Movement behaviour of a large marine predator – a complex systems approach (#64)
Spatial patterns in animal movement are a key determinant of trophic relationships, nutrient cycling and energy flows in ecosystems. In marine environments, considerable research effort has been focused on describing movement patterns of marine megafauna such as seals using satellite telemetry. However, new statistical techniques generated by the study of human mobility, such as the complex systems approach, now offer a novel means to analyse these data. Here, we use these approaches to explore the movement behaviour of a large marine predator, the southern elephant seal, from satellite telemetry data spanning five years and 176 deployments in the Southern Ocean.
The distribution of displacements of elephant seals was described by a power law, encompassing several spatial and temporal scales. When normalized by the average displacement for each temporal scale, the distribution of displacements follows a universal function, with a power-law which decays for displacements below the average (P(r) ~ r′-γ; where γ = 0.78) and a fast exponential-like decay for larger displacements. This scale-free behaviour of the distribution of displacements indicates that elephant seals use the same dispersal strategy, irrespective of spatial scale. The distribution of seal residencies also displayed a power law decay that combined frequent, low residency sites with infrequent, high residency sites. High residency was correlated with low average speed, possibly indicating area restricted search behaviour.Finallywe also tested community detection algorithms to identify particular marine areas of importance and inform on function.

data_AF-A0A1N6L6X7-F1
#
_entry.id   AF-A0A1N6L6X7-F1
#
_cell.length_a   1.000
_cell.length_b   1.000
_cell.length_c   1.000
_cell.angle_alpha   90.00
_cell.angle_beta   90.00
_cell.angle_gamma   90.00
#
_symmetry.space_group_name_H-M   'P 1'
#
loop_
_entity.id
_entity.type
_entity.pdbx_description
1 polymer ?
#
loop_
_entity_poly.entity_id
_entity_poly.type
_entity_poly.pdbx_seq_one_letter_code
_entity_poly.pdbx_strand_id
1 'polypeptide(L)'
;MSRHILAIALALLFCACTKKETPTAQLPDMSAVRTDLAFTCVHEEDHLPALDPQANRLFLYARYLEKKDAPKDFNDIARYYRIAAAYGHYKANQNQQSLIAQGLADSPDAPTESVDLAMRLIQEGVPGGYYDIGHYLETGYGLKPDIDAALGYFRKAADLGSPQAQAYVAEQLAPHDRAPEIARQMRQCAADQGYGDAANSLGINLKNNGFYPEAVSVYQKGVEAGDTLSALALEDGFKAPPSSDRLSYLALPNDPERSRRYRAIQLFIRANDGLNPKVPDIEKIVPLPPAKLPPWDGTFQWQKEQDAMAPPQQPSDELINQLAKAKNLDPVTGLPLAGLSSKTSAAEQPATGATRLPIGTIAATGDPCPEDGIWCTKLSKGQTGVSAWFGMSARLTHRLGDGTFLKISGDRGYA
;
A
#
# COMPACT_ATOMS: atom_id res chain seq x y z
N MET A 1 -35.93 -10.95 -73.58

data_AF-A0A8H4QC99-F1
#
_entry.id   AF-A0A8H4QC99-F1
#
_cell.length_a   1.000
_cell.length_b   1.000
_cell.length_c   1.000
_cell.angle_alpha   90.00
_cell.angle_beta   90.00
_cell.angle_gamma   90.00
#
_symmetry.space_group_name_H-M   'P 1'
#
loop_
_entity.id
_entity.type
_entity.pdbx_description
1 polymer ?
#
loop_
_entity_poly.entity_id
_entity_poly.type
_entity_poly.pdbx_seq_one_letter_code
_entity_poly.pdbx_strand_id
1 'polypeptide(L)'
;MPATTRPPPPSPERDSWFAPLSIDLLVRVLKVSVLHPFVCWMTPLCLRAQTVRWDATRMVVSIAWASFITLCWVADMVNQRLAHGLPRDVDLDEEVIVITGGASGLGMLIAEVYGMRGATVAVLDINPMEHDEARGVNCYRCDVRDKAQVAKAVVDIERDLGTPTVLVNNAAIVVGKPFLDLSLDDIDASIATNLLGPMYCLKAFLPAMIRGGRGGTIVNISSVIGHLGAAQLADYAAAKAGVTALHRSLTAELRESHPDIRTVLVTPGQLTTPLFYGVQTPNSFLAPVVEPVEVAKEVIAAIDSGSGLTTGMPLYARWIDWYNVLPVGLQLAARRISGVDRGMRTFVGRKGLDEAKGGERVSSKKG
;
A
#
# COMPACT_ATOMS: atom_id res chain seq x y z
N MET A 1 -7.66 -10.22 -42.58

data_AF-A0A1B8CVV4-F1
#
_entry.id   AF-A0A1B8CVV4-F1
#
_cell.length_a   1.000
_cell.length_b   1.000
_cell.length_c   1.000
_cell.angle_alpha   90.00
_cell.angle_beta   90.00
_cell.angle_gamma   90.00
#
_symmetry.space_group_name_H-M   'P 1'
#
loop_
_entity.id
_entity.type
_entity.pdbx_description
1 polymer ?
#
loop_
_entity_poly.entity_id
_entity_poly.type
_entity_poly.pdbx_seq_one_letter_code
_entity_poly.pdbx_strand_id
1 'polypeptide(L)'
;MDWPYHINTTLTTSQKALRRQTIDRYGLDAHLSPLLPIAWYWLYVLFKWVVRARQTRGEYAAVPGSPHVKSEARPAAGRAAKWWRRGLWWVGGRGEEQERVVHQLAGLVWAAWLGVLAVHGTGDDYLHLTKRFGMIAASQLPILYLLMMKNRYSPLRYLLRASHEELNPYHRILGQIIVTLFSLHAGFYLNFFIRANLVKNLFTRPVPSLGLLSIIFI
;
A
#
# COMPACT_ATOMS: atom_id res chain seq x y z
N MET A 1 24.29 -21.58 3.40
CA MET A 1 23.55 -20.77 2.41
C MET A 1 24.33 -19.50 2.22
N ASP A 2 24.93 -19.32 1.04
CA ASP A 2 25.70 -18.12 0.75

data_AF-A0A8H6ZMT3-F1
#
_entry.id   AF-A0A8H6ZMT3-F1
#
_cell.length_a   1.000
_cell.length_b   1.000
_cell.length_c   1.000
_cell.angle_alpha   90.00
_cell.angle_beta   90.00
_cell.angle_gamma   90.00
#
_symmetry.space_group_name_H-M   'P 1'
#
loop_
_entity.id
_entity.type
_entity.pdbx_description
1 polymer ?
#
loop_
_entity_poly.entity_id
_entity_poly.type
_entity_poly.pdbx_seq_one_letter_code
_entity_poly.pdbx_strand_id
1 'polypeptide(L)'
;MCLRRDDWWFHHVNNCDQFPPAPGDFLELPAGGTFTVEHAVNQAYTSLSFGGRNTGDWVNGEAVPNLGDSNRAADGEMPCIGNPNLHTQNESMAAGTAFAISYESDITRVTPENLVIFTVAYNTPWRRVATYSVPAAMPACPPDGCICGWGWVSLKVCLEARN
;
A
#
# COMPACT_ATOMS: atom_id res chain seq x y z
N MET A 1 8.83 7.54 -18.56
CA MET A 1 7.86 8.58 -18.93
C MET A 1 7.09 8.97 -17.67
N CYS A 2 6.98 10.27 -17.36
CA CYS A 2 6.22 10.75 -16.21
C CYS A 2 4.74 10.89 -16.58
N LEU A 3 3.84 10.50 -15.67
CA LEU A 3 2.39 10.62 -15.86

Scale-free movement behaviour has been reported in other species as optimal strategies to find resources (e.g. Levy walk). However, we report a lower exponent than previously reported for this strategy. The displayed scaling confers an optimal strategy to explore a larger number of foraging locations and at the same time transit between focal locations. This supports a strategy of a highly directional pattern of movement to known areas where resources are plentiful, which then shifts to a searching mode once they have arrived.